It doesn’t matter if the tenant is a creditworthy tenant who complies with all of its lease obligations. If the tenant doesn’t have an SNDA, the new owner has the right to terminate a “junior” lease as a result of a private or judicial foreclosure sale of its mortgage or deed of trust.

In exchange for a tenant’s agreement to subordinate its lease to the lender’s deed of trust, the lease should provide that the lender will agree that if there is a foreclosure sale by the lender (or any third-party purchaser at the foreclosure sale) the lender will not disturb the tenant’s right of possession under the terms of the lease, assuming the tenant is not in default. In order for this “non-disturbance” protection to be enforceable against the lender, and a purchaser at a foreclosure sale, the lender has to sign the SNDA agreement.

Can the Tenant Obtain the SNDA clause?

Landlords often say they don’t want to be obligated to get an SNDA for the tenant. However reasonable it is for the tenant to request an SNDA, the vast majority of landlords will not commit to obtaining an SNDA from the lender for the benefit of the tenant.

The best that most tenants get in a lease is a provision that the landlord will make commercially reasonable efforts to obtain an SNDA on the terms of the lender’s standard form. Unless a tenant is taking a very significant portion of the building, that is the best the tenant can usually expect. The tenant should not get less than that, unless the tenant is leasing a very small portion of a building for a very short term. At least this requires the landlord to make a reasonable attempt.

Even with an SNDA, however, the tenant will bear some risk in the event of a foreclosure because of the terms and provisions of the SNDA.

What Should the SNDA Provide?

In a standard SNDA clause, the tenant will agree to subordinate its lease to the lender’s deed of trust (subordination) in exchange for the lender’s agreement that, if there is a foreclosure, the lender or purchaser at the sale will recognize the tenant’s lease and not disturb the tenant’s possession (non-disturbance) if the tenant is current in the lease terms. Each will agree to recognize the other as the valid landlord and tenant under the lease (attornment), after the foreclosure sale.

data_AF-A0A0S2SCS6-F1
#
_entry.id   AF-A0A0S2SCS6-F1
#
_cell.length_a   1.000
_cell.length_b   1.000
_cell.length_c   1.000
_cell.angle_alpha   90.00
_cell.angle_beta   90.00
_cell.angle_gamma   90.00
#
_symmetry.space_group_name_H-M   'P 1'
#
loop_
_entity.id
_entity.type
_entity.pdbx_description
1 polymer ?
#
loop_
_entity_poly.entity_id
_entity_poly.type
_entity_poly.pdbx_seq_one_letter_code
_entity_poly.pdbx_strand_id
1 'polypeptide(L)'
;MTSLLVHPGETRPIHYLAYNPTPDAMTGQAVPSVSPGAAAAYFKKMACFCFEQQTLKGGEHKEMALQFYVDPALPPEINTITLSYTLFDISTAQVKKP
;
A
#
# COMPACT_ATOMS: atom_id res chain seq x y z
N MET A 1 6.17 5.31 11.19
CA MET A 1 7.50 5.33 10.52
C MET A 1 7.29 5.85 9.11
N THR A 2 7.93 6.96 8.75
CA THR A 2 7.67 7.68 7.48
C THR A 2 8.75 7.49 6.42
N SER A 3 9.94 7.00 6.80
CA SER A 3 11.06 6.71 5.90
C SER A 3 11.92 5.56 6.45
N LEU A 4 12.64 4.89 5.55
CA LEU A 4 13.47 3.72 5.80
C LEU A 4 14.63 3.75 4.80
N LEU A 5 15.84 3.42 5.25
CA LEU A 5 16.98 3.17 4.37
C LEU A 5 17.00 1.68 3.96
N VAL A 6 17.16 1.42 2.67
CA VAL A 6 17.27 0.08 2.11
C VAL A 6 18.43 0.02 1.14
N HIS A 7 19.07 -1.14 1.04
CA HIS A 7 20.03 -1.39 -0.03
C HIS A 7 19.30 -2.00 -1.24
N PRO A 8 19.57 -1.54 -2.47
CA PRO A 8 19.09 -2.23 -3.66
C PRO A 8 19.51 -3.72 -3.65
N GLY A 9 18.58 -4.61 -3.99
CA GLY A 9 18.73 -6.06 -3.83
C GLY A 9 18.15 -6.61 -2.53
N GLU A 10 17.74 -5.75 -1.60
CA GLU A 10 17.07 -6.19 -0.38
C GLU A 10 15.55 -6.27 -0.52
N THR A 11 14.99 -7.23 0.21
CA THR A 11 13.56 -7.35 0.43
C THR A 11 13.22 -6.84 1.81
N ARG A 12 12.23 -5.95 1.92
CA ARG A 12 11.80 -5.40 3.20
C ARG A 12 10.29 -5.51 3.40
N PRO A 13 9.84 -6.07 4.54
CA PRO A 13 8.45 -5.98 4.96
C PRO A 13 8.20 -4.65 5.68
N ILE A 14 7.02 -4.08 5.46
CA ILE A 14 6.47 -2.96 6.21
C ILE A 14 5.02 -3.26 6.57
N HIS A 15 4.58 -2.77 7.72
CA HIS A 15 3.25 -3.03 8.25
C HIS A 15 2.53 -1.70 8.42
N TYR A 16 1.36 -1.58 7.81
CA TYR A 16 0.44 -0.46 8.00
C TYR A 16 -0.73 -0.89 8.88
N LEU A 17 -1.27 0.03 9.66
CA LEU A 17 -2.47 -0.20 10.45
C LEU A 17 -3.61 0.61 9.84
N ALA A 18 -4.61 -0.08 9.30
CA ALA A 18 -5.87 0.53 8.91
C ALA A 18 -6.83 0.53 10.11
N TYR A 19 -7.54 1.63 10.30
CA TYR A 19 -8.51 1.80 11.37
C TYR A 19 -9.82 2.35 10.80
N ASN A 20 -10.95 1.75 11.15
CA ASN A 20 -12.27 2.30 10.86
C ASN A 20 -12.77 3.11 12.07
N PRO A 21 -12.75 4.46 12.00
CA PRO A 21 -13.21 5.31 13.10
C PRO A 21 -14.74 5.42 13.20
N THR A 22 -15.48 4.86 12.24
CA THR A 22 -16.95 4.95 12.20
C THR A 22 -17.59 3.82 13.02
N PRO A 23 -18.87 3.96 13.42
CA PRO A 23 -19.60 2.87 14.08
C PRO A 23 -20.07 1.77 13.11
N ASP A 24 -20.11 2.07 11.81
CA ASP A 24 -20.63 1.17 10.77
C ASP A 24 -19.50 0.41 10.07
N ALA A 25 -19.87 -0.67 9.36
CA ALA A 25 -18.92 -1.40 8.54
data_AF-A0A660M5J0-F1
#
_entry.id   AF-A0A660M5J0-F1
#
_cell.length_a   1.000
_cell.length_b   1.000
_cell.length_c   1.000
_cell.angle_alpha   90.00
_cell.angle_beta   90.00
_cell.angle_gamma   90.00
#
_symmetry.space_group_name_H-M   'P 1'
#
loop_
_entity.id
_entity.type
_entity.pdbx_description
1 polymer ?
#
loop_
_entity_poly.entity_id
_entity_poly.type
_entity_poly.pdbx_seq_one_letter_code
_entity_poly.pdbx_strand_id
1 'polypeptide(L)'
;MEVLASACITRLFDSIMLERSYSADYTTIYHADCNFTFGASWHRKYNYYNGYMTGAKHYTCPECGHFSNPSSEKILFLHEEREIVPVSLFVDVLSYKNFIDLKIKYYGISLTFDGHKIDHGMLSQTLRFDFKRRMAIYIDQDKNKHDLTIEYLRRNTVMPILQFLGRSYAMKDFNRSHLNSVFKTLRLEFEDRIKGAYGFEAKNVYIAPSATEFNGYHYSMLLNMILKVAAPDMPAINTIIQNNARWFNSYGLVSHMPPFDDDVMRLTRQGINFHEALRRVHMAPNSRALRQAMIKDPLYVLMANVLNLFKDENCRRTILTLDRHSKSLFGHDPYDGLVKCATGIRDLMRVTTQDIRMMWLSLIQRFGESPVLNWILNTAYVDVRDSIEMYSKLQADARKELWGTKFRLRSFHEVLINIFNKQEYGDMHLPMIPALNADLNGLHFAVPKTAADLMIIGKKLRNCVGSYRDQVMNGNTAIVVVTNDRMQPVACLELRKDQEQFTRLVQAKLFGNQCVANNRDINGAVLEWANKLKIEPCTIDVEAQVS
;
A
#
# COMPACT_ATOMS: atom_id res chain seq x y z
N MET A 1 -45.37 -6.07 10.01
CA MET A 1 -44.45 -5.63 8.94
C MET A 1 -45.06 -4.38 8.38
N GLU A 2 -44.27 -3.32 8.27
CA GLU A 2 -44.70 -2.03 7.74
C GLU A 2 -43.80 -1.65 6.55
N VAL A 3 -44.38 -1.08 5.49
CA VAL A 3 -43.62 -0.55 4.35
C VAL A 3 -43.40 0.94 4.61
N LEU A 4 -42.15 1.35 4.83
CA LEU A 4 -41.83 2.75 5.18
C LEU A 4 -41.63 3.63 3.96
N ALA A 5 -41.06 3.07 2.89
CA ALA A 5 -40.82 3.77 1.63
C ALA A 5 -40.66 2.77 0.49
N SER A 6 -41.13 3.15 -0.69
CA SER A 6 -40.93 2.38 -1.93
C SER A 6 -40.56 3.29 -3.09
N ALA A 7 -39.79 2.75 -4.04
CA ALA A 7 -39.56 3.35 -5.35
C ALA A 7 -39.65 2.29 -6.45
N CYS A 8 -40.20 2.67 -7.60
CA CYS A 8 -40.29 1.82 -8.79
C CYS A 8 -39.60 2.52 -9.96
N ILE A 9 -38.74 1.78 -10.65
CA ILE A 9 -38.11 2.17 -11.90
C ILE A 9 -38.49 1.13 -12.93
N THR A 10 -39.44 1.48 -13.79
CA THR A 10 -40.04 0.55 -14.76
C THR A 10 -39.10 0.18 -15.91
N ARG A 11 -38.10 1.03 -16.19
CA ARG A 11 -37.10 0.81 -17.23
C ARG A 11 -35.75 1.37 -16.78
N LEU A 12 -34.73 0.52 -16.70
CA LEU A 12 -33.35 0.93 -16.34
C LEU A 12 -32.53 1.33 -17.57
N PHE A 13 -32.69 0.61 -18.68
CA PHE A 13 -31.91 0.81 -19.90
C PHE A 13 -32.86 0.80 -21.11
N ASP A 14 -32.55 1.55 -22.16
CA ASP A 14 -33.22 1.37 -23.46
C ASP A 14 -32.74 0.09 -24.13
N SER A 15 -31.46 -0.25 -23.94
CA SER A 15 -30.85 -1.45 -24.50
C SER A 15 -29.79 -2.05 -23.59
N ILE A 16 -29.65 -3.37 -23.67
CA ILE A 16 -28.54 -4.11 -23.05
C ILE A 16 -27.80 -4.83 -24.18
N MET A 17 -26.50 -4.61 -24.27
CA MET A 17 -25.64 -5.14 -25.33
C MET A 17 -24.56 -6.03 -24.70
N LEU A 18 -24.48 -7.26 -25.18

Although the SNDA provides protection for the tenant, the SNDA also typically limits the obligations of the lender or a purchaser at a foreclosure sale when that party becomes the successor landlord. The most frequent modifications to the lease terms require the tenant to agree that if the lender or purchaser becomes the landlord, that party:

  • is not obligated to return the tenant’s security deposit (unless the lender or purchaser has actually received it, which is almost never the case)
  • is not obligated to make any tenant improvements that have been agreed to in the lease
  • is not liable for any existing defaults of the prior landlord

While the lender may agree to some minor modifications to these provisions, there is usually not much flexibility in terms of the substance of these provisions. A tenant should be aware that even if its lease remains in effect following a foreclosure, the tenant’s security deposit is probably lost and any improvements that have not yet been made by the landlord will probably not be made. However, the tenant’s right to possession will be undisturbed.

While an SNDA is very important to a tenant’s continued right of possession, the tenant is best advised to undertake due diligence before signing the lease in order to have some knowledge as to the landlord’s ability to continue to make the payments under its loan.

What Happens After the SNDA is Signed?

An SNDA is enforceable between the parties signing it (lender, landlord, tenant), whether or not it is recorded. However, a recorded SNDA provides greater protection because it puts any third-party buyer at a foreclosure sale on constructive notice that the tenant’s lease cannot be terminated by means of a foreclosure. This can reduce the potential for future litigation. To record the SNDA, the original signed and notarized document is sent to the county recorder’s office to be recorded, with full legal descriptions, street addresses, and parcel numbers.